select a route having a best routing metric for communication of at least one subsequent packet.
8. A node as claimed in claim 7, wherein:
the controller further allocates an amount of bandwidth for transmission of the subsequent packet based on the routing metric of the selected route.
9. A node as claimed in claim 8, wherein:
the controller further controls the transceiver to transmit a plurality of said subsequent packets to achieve a level of throughput based on the amount of bandwidth allocated for transmission.
10. A node as claimed in claim 7, wherein:
the controller further determines the another node to which to control the transceiver to transmit the subsequent packet based on the routing metric of the selected route.
11. A node as claimed in claim 7, wherein:
the controller further calculates the routing metric based on the determined information and information pertaining to the routing metric received from a plurality of other nodes in the network.
12. A node as claimed in claim 7, wherein:
the controller further controls the node to provide information pertaining to the routing metric.
13. A node as claimed in claim 7, wherein:
the controller further controls the transceiver to transmit information pertaining to the routing metric for receipt by at least one other node in the network.
14. A method for communicating in a wireless communication network, the method comprising:
operating a plurality of nodes, communicating in the wireless network, to each determine respective information comprising a packet length, a data rate, a packet completion rate, a transmission time of a packet, an additional time for retransmission of a failed packet, and a time elapsed between arrival of a received packet and a first attempt at transmission of a packet by the node in response to the received packet;
operating the plurality of nodes to transmit their respective information for receipt by other nodes; and
operating each of the plurality of nodes to calculate a respective routing metric based on their respective information and the information received from the other nodes.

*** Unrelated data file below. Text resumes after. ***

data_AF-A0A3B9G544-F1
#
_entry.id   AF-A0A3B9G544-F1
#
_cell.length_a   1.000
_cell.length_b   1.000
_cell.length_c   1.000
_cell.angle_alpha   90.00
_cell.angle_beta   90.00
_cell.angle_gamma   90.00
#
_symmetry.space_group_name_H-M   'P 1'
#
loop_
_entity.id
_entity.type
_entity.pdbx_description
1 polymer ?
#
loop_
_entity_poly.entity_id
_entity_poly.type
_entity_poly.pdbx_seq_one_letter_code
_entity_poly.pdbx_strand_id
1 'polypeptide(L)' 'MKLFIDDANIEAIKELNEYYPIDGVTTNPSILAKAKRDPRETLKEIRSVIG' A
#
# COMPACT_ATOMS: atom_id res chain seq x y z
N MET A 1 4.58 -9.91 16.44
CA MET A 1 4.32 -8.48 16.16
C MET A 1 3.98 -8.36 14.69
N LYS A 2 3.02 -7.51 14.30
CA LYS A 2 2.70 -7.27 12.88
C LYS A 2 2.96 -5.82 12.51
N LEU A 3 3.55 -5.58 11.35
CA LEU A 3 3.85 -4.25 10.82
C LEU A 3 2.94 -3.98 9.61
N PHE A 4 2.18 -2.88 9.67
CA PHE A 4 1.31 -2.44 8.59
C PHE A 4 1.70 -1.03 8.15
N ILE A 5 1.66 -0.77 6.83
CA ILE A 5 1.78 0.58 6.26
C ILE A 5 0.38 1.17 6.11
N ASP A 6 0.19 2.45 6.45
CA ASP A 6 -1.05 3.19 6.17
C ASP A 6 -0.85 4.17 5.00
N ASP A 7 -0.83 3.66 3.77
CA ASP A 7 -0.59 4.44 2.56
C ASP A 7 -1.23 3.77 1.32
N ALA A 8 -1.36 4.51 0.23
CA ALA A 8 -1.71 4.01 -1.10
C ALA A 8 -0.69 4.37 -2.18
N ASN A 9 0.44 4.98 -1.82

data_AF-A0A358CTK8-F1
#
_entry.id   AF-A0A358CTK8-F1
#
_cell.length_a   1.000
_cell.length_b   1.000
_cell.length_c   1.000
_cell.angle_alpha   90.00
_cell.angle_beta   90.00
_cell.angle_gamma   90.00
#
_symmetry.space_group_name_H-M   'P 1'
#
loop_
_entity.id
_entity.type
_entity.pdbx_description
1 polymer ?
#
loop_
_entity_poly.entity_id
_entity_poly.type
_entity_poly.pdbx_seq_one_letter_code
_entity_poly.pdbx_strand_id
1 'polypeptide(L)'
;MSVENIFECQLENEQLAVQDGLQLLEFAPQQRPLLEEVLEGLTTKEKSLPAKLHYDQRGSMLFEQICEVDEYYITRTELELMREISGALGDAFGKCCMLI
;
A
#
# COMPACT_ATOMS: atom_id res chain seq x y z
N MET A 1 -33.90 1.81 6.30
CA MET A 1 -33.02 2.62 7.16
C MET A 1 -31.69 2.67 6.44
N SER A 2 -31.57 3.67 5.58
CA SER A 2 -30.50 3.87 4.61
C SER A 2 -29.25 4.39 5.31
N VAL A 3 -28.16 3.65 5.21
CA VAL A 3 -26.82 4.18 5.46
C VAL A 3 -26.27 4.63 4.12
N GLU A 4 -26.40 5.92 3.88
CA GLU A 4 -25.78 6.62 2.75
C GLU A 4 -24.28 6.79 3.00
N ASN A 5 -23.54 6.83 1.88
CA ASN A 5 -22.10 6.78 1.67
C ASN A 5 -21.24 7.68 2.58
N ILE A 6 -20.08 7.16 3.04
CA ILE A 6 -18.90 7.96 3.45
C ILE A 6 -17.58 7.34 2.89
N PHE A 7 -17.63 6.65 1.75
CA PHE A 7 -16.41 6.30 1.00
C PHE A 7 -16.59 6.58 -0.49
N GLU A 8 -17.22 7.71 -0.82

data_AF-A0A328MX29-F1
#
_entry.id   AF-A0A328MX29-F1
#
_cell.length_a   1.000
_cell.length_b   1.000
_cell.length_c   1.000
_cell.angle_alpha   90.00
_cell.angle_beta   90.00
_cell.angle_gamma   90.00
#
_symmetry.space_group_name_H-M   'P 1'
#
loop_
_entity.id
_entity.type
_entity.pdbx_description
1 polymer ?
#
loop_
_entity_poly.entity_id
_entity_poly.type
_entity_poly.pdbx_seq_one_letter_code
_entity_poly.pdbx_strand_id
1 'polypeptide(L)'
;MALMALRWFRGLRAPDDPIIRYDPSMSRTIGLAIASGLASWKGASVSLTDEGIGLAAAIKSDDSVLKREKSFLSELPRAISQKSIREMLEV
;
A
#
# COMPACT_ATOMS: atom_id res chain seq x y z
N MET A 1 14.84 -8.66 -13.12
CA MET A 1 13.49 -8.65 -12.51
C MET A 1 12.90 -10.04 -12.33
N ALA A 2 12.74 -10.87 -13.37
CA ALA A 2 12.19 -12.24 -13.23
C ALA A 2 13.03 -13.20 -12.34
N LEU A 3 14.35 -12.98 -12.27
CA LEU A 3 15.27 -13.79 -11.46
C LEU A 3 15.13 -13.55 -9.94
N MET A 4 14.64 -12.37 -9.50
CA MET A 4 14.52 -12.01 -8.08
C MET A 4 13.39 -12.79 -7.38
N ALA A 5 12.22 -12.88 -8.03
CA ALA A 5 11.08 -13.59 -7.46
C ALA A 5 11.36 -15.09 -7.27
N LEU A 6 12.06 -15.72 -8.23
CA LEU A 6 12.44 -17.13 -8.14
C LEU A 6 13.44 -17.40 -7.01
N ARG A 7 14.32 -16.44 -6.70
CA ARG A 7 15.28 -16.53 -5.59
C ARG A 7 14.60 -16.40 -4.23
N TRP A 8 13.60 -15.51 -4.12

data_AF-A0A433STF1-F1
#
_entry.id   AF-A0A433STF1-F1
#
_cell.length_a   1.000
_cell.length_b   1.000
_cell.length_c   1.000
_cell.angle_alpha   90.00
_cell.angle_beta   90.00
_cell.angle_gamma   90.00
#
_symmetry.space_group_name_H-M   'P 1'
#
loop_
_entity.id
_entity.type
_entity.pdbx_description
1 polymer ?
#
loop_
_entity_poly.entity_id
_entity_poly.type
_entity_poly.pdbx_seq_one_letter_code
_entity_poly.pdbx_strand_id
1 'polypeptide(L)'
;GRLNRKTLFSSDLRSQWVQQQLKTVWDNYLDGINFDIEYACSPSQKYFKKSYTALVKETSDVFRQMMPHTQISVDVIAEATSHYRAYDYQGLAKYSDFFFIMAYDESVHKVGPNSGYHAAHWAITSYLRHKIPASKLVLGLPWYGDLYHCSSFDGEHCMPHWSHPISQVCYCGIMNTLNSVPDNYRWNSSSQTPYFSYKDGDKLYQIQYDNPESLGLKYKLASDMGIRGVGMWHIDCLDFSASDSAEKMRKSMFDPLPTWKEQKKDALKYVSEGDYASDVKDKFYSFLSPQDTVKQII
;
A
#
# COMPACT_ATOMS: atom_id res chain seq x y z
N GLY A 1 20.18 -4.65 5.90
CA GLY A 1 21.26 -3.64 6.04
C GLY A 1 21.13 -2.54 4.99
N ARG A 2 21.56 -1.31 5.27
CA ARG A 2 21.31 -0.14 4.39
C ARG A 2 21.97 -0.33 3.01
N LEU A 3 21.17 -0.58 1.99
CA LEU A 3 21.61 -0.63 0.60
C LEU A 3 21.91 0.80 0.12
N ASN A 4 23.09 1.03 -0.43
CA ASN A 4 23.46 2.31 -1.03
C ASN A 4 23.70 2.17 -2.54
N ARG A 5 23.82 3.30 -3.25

15. A method as claimed in claim 14, further comprising:
operating each of the nodes to allocate a respective amount of bandwidth for transmission of the subsequent packet based on their respective calculated routing metric.
16. A method claimed in claim 15, further comprising:
operating each of the nodes to transmit a respective plurality of subsequent packets to achieve a respective level of throughput based on their respective amount of bandwidth allocated for transmission.
17. A method as claimed in claim 14, further comprising:
operating each of the nodes to determine to which other node to transmit their respective subsequent packet based on their respective routing metric.
18. A method for providing a congestion-aware routing metric for selecting a route between nodes in a multihopping communication network, the method comprising:
calculating an associated routing metric for each of a plurality of routes between a source node and a destination node based on one or more parameters including a completion rate, a data rates, a media access control (MAC) overhead and a congestion, wherein one or more of the plurality of routes comprise a multihop route, and further wherein the associated routing metric of the multihop route comprises a cumulative routing metric calculated using an individual routing metric of each of a plurality of hops within the multihopping route;
selecting a route for communication between the source node and the destination node with the best associated routing metric;
determining whether communication in one hop of the multihop route and communication in another hop of the multihop route can occur concurrently;
allotting more bandwidth along the multihop route when the communications can occur concurrently; and
decreasing the throughput along the multihop route when the communications cannot occur concurrently.